It’s that simple? Read the rest of this entry »
|Fast Break: Bradley, Bass help Celtics cut down Nets||01.04.12 at 9:49 pm ET|
Thanks to 24 points from Paul Pierce and double-doubles from both Kevin Garnett (14 points, 12 rebounds) and Brandon Bass (15 points, 13 rebounds), the Celtics outscored the Nets 29-12 in the third quarter and dominated the shorthanded visitors 89-70 on Wednesday night.
It wasn’t all pretty for the C’s, as Providence College product Marshon Brooks‘s 15 first-half points gave the Nets a 35-34 lead after 24 sloppy minutes on both sides.
WHAT WENT RIGHT
The Truth will set you free: Celtics captain Paul Pierce submitted another remarkably efficient effort, totaling 24 points on 14 shots, six rebounds and five assists in under 30 minutes. His production helped the Celtics turn a one-point halftime deficit into a 16-point C’s advantage after three quarters.
Bass is a beast: The Cs Sixth Man once again came up big for the shorthanded Celtics, recording his second double-double of the season and his first since totaling 20 points and 11 rebounds against the Knicks on Christmas Day. Likewise, Avery Bradley turned in his best performance of the season, exerting his usual energy on defense (2 steals) and even contribution offensively (11 points).
The Nets came to town: Playing against a team that isn’t expected to compete for a playoff spot, even with its best players, the Celtics faced a New Jersey squad missing its starting point guard (Deron Williams), center (Brook Lopez) and power forward (Kris Humphries). That alone allowed Celtics coach Doc Rivers to test his bench and survive without Ray Allen and the always enjoyable flu-like symptoms.
WHAT WENT WRONG
Letting the Nets hang around: Just as they did time and time again last season, the Celtics let an inferior team hang around far too long. Sure, they put New Jersey away in the second half, but failure to execute combined with not taking opponents seriously for long stretches of games is never a good thing.
Rondo’s carelessness: Celtics point guard Rajon Rondo may have entered the game with the NBA’s second-best assist average (10.5 per game), but he also came in leading the league in turnovers per game with 4.7 a night. Wednesday night saw a few more unforced errors in his passing game, as he turned the ball over three times in the first half.
Hitting the Brooks: Rookie MarShon Brooks — who was traded by the Celtics for JaJuan Johnson on draft day — started for the Nets and finished with 15 first-half points. New Jersey often ran its offense through the Providence College product. Meanwhile, Johnson did not see the floor for the Celtics in the first half.
|Irish Coffee: What’s up with Celtics’ Avery Bradley?||01.04.12 at 12:19 pm ET|
Before the Celtics season started, I made the case for a breakout Avery Bradley performance.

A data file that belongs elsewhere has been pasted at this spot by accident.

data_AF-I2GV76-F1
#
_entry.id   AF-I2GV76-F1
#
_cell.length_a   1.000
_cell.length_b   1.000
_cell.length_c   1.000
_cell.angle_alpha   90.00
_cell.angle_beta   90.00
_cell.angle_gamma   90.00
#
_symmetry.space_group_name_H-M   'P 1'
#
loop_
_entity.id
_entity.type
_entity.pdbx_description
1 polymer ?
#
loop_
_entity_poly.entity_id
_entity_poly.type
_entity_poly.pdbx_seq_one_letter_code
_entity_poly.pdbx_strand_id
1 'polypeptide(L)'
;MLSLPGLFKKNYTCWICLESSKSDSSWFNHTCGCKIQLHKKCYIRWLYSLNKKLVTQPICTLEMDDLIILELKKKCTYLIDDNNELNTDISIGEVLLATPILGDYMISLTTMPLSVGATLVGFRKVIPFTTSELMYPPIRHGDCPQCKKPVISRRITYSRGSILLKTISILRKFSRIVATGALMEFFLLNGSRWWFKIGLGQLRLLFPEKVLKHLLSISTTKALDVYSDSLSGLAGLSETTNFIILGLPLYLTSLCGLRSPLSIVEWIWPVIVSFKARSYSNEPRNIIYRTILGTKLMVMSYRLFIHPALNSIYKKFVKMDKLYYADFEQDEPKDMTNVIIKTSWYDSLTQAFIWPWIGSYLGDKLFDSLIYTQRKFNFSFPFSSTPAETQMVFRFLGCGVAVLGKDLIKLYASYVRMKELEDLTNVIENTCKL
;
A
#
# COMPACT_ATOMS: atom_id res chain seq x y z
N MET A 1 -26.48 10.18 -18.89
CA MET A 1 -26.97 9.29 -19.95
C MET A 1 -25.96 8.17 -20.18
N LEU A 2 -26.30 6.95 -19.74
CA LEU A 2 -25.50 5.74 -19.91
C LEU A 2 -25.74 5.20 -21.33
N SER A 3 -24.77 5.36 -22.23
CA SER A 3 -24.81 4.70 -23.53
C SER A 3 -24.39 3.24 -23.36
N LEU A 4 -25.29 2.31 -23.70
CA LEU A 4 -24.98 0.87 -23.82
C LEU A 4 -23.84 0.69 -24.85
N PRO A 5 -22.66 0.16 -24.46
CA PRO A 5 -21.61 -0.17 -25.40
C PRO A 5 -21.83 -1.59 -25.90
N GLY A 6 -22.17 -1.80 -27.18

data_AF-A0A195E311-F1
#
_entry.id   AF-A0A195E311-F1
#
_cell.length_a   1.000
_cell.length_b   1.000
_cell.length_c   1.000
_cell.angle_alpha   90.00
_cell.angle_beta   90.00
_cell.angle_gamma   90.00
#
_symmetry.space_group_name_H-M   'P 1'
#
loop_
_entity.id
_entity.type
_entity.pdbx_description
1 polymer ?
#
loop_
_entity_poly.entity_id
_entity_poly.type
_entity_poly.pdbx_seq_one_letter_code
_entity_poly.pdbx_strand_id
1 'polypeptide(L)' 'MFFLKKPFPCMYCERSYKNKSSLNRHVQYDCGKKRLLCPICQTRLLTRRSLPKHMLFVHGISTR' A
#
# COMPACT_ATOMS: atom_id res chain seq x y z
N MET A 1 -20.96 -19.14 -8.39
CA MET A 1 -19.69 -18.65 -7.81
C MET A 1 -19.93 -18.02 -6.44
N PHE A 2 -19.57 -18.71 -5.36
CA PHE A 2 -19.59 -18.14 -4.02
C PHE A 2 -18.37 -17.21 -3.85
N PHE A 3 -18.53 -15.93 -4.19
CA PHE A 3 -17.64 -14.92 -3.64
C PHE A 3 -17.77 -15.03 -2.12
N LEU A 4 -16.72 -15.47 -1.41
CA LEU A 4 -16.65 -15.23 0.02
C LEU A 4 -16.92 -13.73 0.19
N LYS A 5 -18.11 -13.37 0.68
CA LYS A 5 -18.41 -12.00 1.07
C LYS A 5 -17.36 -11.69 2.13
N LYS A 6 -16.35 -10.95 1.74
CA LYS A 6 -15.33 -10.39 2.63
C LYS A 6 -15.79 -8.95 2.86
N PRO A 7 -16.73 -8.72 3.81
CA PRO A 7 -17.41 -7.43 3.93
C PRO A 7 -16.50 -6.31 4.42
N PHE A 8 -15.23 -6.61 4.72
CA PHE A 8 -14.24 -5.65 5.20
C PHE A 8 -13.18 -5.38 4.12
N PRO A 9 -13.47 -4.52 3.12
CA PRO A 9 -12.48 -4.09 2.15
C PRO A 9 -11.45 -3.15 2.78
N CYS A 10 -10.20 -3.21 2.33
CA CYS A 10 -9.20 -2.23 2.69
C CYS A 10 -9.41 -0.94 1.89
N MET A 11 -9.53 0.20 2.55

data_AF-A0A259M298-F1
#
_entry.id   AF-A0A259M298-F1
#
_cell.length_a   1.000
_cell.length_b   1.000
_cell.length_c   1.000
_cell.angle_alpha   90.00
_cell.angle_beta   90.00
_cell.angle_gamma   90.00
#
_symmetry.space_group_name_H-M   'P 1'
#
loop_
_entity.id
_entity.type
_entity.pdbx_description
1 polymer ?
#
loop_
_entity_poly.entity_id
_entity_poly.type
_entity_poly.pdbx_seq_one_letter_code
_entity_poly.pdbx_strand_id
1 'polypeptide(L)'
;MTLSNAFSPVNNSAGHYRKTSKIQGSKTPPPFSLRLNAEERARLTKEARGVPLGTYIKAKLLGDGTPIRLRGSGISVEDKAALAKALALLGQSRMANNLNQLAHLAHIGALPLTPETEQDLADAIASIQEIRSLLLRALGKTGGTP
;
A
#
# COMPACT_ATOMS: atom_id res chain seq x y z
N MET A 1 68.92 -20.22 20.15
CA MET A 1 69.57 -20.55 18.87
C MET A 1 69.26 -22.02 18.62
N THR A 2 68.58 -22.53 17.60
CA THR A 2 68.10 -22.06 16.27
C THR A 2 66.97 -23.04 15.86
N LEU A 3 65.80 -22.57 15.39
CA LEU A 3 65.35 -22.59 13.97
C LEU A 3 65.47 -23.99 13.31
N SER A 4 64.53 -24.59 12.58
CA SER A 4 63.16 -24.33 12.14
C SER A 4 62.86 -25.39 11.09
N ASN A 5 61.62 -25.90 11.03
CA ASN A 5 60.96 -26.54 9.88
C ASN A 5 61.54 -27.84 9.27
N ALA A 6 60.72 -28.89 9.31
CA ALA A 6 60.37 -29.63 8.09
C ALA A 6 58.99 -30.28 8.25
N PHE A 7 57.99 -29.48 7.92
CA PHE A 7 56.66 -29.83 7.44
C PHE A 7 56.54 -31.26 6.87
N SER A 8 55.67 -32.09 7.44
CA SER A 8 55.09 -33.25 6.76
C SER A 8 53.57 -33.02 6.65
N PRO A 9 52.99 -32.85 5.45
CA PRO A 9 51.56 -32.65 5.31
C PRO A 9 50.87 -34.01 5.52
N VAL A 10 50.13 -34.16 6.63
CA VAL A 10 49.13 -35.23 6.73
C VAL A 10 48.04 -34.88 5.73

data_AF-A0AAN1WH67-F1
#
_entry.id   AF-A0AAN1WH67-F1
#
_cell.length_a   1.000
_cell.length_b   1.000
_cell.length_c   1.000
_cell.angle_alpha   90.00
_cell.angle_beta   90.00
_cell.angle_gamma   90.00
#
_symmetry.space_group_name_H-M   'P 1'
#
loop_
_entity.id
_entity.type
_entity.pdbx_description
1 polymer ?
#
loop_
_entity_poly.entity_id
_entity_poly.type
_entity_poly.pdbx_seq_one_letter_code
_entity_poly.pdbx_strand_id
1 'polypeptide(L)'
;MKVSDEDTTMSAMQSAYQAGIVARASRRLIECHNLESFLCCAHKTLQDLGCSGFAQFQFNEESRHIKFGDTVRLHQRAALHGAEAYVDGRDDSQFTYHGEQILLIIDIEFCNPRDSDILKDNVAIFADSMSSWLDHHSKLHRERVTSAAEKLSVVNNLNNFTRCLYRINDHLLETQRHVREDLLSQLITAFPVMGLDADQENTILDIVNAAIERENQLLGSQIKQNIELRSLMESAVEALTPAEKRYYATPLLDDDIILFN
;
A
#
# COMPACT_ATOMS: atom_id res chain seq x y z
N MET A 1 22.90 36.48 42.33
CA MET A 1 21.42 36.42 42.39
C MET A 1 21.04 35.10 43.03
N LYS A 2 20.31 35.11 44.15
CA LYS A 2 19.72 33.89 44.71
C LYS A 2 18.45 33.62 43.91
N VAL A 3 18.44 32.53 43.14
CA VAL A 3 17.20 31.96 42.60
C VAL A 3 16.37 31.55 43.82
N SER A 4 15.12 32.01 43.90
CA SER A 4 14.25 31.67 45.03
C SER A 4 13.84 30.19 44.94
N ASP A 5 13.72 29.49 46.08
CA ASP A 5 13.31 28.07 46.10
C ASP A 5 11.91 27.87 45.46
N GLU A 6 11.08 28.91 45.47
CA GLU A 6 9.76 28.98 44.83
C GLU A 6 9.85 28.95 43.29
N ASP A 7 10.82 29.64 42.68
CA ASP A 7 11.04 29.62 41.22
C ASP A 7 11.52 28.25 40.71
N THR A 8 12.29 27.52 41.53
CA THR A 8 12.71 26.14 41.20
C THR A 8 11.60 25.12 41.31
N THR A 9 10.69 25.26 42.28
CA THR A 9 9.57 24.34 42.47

So far, I couldn’t be more wrong.
Of the 385 players who have appeared in an NBA game this season, Bradley ranks in the bottom 25 in both offensive rating (367th) and defensive rating (361st). In 42 minutes on the floor during the C’s first six games, he has five rebounds, two points (1-9 FG), one assist, one turnover, zero steals and zero blocks.
In terms of HoopData.com’s advanced statistics, it doesn’t get any better for the Celtics reserve. In addition to ranking dead last among the 146 NBA guards who have played at least five minutes a night in PER (-5.5) and efficiency rating (-0.2), he ranks second to last in scoring (0.3) and true shooting percentage (11.1%).
A few more of Bradley’s advanced stats among those 146 guards to drive the point home:
- 143rd in estimated wins added (-0.3)
- 144th in value added (-10.0)
- 139th in win score (-0.83)
- 138th in Usage Rate (11.22)
- 130th in Assist Rate (9.09)
The only positive I could find: He’s held opponents to 3-of-16 shooting (18.8%). No wonder he may have dropped behind E’Twaun Moore on the depth chart. Yet, he and the C’s brass remains confident (via Boston Herald). Read the rest of this entry »
|NBA Power Rankings, 1/3||01.03.12 at 10:54 pm ET|
With the Celtics, Lakers, Mavericks and Spurs all hovering around .500 through the first two weeks of this shortened season, has the balance of NBA power officially shifted? The way I see it, a team can own any of three distinct advantages after an abbreviated training camp and during a season in which they’re playing every other night: 1) an experienced core; 2) young, athletic talent; and 3) depth. The Celtics own one of those advantages.
In the early going, the power picture remains blurry, so I’m taking a new approach to the rankings: Who would win a seven-game series if they played right now? For example, I’m of the opinion the C’s would lose a playoff series to any of the five teams ranked higher than them and defeat any of the 24 teams ranked lower. Got it? Good.
1. Miami (5-1): The Heat returned an experienced core, possess a ton of talented young athletes and got deeper with the additions of free agent Shane Battier and rookie Norris Cole. There’s a reason Dwyane Wade & Co. are better than 2-to-1 favorites to win the NBA title. This season is so short, LeBron James might not even have time to figure out a new way to choke.
2. Oklahoma City (5-1): The Thunder won five of their first six games, and Russell Westbrook (38.0 FG%, 10.0 3P%) hasn’t even hit his stride yet. They’re incredibly young, incredibly talented and incredibly deep. And they also have Kendrick Perkins. I kid. I kid.
4. Dallas (2-4): Without Tyson Chandler holding down the paint, the Mavericks rank 27th in the league in both rebounding and points allowed. Meanwhile, Lamar Odom‘s field goal percentage (19.5%) is almost as bad as his success rate in getting Khloe Kardashian pregnant (too soon?). Yet, the Larry O’Brien trophy remains in Dallas — probably on Mark Cuban‘s pillow, but still.
5. L.A. Lakers (3-3): Even after Andrew Bynum‘s four-game suspension combined with Kobe Bryant‘s wrist injury and a back-to-back-to-back to start the season, the Lakers emerged 3-3. It could be worse. Don’t forget: It’s never a good think when Black Mamba has a chip on his shoulder, and he might lose a cool $75 million for allegedly cheating on his wife Vanessa (who woulda thunk it?). Read the rest of this entry »